Different doesn't necessarily mean better. Tebow is a natural-born leader, but is he an NFL-caliber quarterback? After the Broncos' bye next week, we undoubtedly will begin to find out.


Issues that will keep coaches awake this week:

The Jets are the most disappointing 2-3 team: This team, coach Rex Ryan told us, would win the Super Bowl, but right now the Jets lack an identity -- are they ground-and-pound, or are they not? -- and swagger. There reportedly is internal strife between several key offensive players and coordinator Brian Schottenheimer, the likes of which could derail the team.

After losing to the hated Patriots 30-21 on Sunday, the Jets talked optimistically, but it rang hollow. They've lost three straight games and couldn't move the ball against the league's 32nd-ranked defense. This team is in trouble.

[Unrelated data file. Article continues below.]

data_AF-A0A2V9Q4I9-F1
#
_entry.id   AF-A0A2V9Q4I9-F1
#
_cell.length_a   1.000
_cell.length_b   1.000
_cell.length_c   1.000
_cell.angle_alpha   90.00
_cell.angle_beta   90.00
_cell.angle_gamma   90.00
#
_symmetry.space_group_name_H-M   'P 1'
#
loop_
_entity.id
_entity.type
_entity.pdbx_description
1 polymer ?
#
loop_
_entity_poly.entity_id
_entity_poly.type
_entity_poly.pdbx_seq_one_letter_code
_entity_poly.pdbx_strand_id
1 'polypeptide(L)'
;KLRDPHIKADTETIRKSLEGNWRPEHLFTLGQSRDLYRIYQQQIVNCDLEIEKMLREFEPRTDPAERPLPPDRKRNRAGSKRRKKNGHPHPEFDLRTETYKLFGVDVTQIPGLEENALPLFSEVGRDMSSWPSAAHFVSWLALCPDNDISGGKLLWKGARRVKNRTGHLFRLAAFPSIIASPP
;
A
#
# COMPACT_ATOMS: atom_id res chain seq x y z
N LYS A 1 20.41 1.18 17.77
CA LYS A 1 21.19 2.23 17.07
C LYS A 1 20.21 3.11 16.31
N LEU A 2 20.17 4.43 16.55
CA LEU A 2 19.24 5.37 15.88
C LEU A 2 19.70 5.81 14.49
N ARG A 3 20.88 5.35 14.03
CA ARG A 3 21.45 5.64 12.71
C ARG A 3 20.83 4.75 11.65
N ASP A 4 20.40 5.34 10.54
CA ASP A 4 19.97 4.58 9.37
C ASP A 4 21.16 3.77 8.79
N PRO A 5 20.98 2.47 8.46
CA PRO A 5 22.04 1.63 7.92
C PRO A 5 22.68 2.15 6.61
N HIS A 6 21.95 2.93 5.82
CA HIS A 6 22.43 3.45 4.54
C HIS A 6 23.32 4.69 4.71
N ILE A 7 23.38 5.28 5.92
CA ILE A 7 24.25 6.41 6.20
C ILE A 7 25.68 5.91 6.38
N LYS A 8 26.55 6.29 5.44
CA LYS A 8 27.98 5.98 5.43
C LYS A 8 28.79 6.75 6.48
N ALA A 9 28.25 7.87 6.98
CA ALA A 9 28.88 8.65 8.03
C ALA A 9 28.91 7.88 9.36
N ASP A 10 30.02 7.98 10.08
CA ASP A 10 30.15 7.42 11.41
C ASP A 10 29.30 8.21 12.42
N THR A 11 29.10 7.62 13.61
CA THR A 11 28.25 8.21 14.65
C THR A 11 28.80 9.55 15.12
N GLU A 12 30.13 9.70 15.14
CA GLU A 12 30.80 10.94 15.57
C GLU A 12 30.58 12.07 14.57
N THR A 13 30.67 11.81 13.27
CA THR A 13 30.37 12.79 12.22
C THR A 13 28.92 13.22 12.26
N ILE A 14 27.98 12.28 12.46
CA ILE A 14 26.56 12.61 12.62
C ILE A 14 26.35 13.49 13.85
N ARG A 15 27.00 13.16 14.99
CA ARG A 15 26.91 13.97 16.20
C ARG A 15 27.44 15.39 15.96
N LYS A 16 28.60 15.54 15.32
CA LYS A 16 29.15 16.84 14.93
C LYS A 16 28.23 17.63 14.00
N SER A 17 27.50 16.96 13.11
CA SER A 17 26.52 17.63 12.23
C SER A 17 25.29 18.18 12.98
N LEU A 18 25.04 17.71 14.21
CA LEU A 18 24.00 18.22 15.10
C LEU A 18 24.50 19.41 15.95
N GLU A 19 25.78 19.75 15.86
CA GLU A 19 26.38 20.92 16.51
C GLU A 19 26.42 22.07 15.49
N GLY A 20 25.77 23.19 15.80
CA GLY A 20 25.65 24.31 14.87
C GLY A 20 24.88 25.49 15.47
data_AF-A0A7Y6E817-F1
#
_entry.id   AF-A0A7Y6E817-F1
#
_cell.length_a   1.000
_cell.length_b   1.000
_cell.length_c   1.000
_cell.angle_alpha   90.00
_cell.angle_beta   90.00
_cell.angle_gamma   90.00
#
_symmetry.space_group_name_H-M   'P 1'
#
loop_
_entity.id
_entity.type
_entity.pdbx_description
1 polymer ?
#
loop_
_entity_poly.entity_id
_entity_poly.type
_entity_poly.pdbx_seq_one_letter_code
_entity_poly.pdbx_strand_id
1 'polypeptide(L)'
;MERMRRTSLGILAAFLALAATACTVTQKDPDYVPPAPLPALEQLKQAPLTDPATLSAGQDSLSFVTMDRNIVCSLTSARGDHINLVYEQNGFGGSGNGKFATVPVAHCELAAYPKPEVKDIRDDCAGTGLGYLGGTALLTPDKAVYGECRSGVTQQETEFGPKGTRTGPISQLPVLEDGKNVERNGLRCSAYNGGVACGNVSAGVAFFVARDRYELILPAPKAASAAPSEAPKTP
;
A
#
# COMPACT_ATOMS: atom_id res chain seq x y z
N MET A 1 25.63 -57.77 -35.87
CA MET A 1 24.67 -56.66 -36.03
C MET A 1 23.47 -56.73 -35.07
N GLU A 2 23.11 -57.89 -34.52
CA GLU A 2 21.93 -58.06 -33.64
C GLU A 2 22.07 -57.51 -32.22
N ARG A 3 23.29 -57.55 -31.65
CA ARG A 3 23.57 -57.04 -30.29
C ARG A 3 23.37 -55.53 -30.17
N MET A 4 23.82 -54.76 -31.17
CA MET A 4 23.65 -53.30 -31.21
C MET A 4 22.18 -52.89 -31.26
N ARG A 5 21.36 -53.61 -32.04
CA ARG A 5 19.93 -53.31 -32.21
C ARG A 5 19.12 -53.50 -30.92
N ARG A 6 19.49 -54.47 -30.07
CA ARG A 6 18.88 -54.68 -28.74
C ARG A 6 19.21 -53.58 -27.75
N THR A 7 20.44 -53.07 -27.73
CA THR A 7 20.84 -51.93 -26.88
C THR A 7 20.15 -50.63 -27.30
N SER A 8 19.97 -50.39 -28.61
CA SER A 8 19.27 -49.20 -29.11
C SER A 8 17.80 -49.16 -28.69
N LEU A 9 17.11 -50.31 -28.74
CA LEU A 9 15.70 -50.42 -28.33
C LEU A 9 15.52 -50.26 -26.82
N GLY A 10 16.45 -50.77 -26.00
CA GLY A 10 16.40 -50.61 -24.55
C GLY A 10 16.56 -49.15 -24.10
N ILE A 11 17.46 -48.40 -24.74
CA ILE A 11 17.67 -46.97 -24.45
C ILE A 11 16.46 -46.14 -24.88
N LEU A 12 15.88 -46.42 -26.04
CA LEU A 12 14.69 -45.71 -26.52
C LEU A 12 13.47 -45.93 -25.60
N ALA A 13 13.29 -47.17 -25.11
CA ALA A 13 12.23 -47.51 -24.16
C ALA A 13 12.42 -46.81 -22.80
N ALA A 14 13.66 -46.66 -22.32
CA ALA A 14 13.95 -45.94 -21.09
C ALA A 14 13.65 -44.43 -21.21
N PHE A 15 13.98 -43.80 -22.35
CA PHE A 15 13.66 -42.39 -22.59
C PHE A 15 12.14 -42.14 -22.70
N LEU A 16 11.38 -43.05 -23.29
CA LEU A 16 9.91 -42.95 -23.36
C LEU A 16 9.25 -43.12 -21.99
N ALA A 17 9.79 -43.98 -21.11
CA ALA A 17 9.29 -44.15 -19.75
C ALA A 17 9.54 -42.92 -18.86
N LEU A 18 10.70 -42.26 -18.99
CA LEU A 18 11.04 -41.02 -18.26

The Giants are the most disappointing 3-2 team: Coach Tom Coughlin likely got no sleep Sunday night after his team lost a game it needed to win against Seattle 36-25. Eli Manning threw three interceptions, and the Giants averaged just 2.8 yards per rush.

New York might be without starting center David Baas and starting right guard Chris Snee against Buffalo on Sunday. That won't help the run game. After a bye and a game against Miami, the schedule doesn't get any easier with New England, San Francisco, New Orleans and Green Bay on tap as well as the rest of the NFC East.

Cam Newton isn't going away: Despite losing four of their first five games, the Carolina Panthers have a swagger that is a direct reflection of the supremely confident Newton. It will be Atlanta defensive coordinator Brian VanGorder's job to try to devise a way to slow Newton this week.